Aftermath, Part 5, Post 2

It’s October 9, the date of my dad’s birthday (he would have been 99) and three days after mine (I am now 67), and I am in a wonderful mood of peace and reverie here in our cabin in northern Minnesota.  I have just lit a fire and am listening to a lovely harp sonata by Paul Hindemith on MN public radio with my faithful companion Limo resting at my side, and reflecting on all that has happened since my last post.  The most interesting part has been the presence of my three best friends.  Our “music week” started in the summer of 2002, when both Tom and Ron were able to come at the same time.  We managed it again in October 2003, when we recorded enough music to produce our first CD, and have been trying to make it an annual tradition, with varying success, ever since.  I invited a fourth friend, Rick, my freshman roommate in college and a wonder on keyboards, in 2007, and he has become an integral part of our musical collaboration.  We keep trying to get enough new recording done for a new CD, but circumstances seem to be working against us in accomplishing the project—again this year.  I will not try to provide a day-by-day account of our activities, as I would in a formal journal, but rather will strive to cover the highlights of (recording sessions notwithstanding) a most successful and pleasurable week-long reunion.

Rick and Ron flew to Minneapolis, rented a car, and drove up; Tom drove over from northern Wisconsin.  I marinated and grilled New York strip steaks on the first evening we were all together (Oct. 1).  Over the course of the next week, we ate like kings (thanks to my careful planning and carefully-honed culinary skills) and took full advantage of the wonders to be beheld here in the north woods at every opportunity.  These included the
following:

Extended excursions into (I’m not making this up) the Paul Bunyan State Forest, one of its entrances being just a few minutes’ drive from the cabin, providing access to many dozens of miles of unimproved (but very driveable) roads into a vast tract of unbroken natural beauty;

Quiet, reflective strolls along the deer path that parallels our lake shore;

An essential pilgrimage to the headwaters of the Mississippi River where it flows out of
Lake Itasca in Itasca State Park;

And a hike around lovely Buck Lake, deep in the property of the Concordia Language
Villages, where both Squiddy and Batty have established themselves as local legends, first as campers and later as counselors.  (I had secretly been hoping for a foggy morning for this, but it’s well worth a visit in any weather—and in any season!)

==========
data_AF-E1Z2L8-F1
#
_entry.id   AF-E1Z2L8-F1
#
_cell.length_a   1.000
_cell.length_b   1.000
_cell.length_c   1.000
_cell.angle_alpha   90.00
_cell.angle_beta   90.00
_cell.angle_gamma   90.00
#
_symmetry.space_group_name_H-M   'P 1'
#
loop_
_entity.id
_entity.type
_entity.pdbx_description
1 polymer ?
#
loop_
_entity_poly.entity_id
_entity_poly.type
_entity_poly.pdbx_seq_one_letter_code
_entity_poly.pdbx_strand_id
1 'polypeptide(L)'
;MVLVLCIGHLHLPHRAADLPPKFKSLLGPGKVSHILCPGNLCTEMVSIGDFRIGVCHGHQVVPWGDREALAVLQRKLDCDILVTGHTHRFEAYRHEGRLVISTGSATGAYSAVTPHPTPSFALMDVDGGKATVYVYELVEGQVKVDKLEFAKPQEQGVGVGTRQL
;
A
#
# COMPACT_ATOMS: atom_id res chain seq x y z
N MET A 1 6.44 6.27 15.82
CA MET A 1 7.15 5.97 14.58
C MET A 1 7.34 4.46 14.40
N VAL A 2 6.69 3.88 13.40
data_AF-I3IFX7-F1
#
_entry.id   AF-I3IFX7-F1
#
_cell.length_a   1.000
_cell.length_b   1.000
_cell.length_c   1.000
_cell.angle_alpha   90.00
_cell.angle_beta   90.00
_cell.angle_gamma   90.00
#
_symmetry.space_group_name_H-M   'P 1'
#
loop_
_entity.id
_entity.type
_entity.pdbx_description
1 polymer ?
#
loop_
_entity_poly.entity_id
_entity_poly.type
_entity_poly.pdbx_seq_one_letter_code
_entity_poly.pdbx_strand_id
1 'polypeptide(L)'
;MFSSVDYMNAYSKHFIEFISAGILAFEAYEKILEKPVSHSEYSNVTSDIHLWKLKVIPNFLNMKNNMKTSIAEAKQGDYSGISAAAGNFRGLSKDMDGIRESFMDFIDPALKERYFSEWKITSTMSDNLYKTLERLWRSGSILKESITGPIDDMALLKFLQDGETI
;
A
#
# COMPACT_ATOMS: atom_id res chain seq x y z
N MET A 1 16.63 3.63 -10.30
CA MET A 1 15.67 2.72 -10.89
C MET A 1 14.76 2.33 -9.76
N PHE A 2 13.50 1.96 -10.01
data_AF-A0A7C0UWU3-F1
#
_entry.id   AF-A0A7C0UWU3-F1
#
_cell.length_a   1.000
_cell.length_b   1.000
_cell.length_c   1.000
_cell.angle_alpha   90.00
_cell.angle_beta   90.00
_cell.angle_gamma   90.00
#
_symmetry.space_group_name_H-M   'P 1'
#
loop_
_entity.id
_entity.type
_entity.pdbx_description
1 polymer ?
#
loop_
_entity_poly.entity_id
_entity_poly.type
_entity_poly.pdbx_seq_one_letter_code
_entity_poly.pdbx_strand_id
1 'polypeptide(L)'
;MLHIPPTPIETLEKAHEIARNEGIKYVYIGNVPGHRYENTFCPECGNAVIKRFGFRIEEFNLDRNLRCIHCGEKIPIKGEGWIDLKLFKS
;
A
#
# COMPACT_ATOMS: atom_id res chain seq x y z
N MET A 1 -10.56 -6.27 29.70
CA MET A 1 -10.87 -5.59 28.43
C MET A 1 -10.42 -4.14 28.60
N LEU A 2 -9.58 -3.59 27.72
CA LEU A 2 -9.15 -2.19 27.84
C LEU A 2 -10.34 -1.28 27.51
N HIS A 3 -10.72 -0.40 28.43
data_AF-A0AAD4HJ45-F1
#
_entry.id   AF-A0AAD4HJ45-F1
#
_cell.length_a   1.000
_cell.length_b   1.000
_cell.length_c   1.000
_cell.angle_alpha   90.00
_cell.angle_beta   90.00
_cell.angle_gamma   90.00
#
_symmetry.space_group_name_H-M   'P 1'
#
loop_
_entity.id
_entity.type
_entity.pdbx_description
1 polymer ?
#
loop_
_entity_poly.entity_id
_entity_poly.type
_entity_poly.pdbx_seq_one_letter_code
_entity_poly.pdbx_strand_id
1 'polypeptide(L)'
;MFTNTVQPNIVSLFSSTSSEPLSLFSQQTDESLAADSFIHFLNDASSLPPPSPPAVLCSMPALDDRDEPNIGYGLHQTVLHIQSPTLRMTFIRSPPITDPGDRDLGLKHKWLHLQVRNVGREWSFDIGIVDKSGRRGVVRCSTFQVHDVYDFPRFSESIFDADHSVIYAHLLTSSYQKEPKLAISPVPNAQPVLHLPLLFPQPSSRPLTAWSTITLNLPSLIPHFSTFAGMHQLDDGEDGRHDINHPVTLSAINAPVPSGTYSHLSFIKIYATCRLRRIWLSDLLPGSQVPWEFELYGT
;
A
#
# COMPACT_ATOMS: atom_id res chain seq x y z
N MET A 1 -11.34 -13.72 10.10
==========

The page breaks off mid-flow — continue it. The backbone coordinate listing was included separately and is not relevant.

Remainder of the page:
Thanks to the blessing of the best weather we have ever had at this time of year—mid-70s
to mid-80s during the day with nearly-perfectly clear skies and cool nights—we were able to get out into the greater outdoors, in spite of the massive road construction that was in “progress” on the access road to the cabin (another post on this process will be forthcoming).

As my fire burns down, it’s now after 10 pm, and I’m aglow from savoring and sharing with you my reflections of the treasures I’ve been privileged to experience.  During the intervening days, until CD arrives to share another week with me, I’m quite content with filling the alone-time with the inevitable cabin-maintenance projects and the occasional natural photo opportunity.  Stay tuned.

About krikitarts

Welcome to Krikit Arts! I'm a veterinarian; photographer; finger-style guitarist, composer, instructor, and singer/songwriter; fisherman; and fly-tyer. Please enjoy--and please respect my full rights to all photos on this Website!
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1 Response to Aftermath, Part 5, Post 2

  1. Beautiful pictures. It’s nice to see pictures that you took as you are wonderful at them. As I turn through the pages here I see pictures of family and it is so refreshing to be able to see my family here. Please keep in touch. This is Cora Jenson Davies granddaughter Jackie. You gave me your CD at the reunion and I would really like to keep up with family happiness and the joys shared by your family!

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